Just under twelve hours before the official launch, I received access to the English localization of Skyrim’s most impressive mod, Enderal: The Shards of Order. Enderal is more than your average mod; it’s what is referred to as a TCM, or Total Conversion Mod. In essence, what the small 12-person team at SureAI has done is create a whole new game on the back of Skyrim. The results are astounding.
To get this out of the way first, it’s early days for me with Enderal. I’ve put a good amount of hours in, but this is a full-fledged RPG, and one the developers estimate featuring 30-100 hours of playtime. That’s a wide span, but as anyone who has played vanilla Skyrim knows, it’s not unusual. So consider this a first impressions piece with more to come down the line.
Before discovering Enderal, I had never played a true Total Conversion Mod before, and my experiences with player-made quests were mostly disappointing. Some were good but the rest were obviously amateur, especially when it came to voice acting. Enderal has its quirks here too; at times lines are read flatly or you’ll get some german text that hasn’t been localized yet, but it is mostly excellent. The same is true elsewhere, like the creepy puppet laugh animation in the first few minutes, or odd, slightly unnatural dialogue. But believe me when I say that Enderal is a cut above what any reasonable person would expect it to be. With just a little more polish, this could easily rival DLCs released from big studio, paid developers. Remember, this is a free mod from a tiny team, which makes what they’ve accomplished all the more impressive.
Enderal’s world is smaller than Skyrim’s but the story is immediately more compelling. You begin as a child with the simple task of talking to your daddy. The idyllic backyard does away with the muted color palette of Skyrim, its vibrancy adding a richness that instantly makes the game feel unique. As you ascend to the cottage, things turn dark. Enderal’s first moments are unsettling -- did you murder your family? Are you haunted?
That darkness permeates the larger picture of the world as well. Enderal was originally ruled by the Lightborn, a group of spellcasters that became worshipped as gods until they were overthrown leaving the world in chaos. Within that setting, SureAI has made a world that is both darker and more mature than Skyrim’s. Crucified skeletons dot the roadways, people kill before giving the benefit of the doubt, and the dead don’t want to stay that way. It’s not exactly groundbreaking, and is often more linear than Skyrim, but is certainly interesting and features a huge cast of characters and innumerable sidelines from the main quest path. Experiencing this story is like playing a grimmer, grittier expansion pack; the quests and dialogue trees are all cut from the same cloth as Skyrim but trim the systems to suit the story they want to tell.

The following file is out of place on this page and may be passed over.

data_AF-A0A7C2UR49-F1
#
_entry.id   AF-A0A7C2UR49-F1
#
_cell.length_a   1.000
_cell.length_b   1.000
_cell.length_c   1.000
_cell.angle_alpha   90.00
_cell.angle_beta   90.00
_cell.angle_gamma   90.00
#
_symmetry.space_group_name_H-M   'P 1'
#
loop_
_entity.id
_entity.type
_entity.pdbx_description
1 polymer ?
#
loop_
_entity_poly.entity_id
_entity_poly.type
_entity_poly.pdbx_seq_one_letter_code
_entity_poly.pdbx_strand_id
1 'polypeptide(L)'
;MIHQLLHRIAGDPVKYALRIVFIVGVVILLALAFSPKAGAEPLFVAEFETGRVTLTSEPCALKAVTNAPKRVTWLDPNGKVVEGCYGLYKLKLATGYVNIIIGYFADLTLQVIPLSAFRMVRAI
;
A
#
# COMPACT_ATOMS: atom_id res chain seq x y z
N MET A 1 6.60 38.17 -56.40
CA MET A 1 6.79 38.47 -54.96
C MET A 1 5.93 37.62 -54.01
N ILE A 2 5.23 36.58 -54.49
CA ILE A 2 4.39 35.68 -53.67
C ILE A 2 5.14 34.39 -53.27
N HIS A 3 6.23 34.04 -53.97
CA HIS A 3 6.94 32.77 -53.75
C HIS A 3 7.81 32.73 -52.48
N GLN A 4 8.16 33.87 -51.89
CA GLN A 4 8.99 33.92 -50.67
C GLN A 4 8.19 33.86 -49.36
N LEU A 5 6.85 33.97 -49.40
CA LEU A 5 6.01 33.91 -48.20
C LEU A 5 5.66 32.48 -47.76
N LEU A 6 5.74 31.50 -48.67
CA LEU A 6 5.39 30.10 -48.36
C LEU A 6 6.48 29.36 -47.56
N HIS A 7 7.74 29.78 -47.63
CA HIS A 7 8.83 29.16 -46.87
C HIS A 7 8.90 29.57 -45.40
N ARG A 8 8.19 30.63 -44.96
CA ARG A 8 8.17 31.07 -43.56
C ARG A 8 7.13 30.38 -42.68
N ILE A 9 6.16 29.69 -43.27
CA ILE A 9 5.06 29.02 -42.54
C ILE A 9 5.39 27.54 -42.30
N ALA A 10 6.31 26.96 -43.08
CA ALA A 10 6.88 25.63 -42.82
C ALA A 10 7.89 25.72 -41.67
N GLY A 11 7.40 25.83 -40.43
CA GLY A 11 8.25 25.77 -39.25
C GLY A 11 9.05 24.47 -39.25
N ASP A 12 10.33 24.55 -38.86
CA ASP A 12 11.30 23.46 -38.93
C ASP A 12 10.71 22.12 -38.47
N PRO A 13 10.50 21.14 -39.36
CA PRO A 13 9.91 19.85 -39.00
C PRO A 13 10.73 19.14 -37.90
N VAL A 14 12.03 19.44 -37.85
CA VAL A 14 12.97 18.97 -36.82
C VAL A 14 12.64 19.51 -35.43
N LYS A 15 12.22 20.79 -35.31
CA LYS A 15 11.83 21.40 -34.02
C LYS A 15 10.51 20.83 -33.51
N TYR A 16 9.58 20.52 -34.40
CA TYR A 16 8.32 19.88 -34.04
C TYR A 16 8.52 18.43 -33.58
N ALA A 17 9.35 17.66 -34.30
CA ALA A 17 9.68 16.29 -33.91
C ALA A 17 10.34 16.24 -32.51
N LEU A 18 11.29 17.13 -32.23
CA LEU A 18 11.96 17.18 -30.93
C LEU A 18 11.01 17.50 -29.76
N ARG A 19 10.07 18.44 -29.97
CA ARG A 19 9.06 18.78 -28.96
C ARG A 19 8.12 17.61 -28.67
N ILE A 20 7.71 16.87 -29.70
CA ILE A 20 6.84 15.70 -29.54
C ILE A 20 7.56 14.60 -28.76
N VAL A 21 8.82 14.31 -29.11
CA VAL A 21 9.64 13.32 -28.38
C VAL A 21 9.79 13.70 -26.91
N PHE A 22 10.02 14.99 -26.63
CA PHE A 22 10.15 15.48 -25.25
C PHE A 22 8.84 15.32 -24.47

The same is true of the game’s mechanics and it’s here that Enderal becomes its own game instead of just an extension of Skyrim. Skills no longer improve because you use them. Instead, SureAI has fit in a more traditional experience and level up system, supported by skill books scattered throughout the world. Quests and enemies do not scale with you, so you’ll have to level up by completing appropriate quests or grinding out dungeons. When you level up, you gain skill points toward new abilities that have to be chosen on a special island accessed with your Meditation ability. The choices are more limited while still being rich, but you’re essentially locked into tank, damage, and rogue roles.
Being a mage is a much trickier proposition in Enderal which has the side effect of making the entire game more challenging. Using or even being around magic gives your character a fever that, unchecked, can be fatal. You can slow these effects by drinking Ambrosia potions, but Arcane Fever succeeds in making magic a last-ditch option if there is anything else at your disposal. Since healing in combat can only be done with potions and spells, casting Heal is more necessary than ever, but it is also much less effective. On top of that, potions found in the wild are often spoiled and don’t work very well, meaning that it’s far easier to get yourself into a bad situation that you can’t escape from. Even when you’re not fighting, health can only be restored by eating food or resting in an actual bed. Easy regens were left behind in Skyrim; Enderal is about being prepared.
Which, ultimately, makes Enderal feel like an older style of RPG. It’s not as convenient or as accessible as RPGs tend to be these days, and that’s a good thing. It’s this very character, and the rich world-building, that makes Enderal feel so considerately designed. There are times when you are reminded that you’re playing a mod, but they are sparing. Instead, the greater impression I’m left with is utter impress. That such a small team could produce something so rich and well done is just astounding. It’s enough to make you wonder what other “professional” studios are doing wrong.
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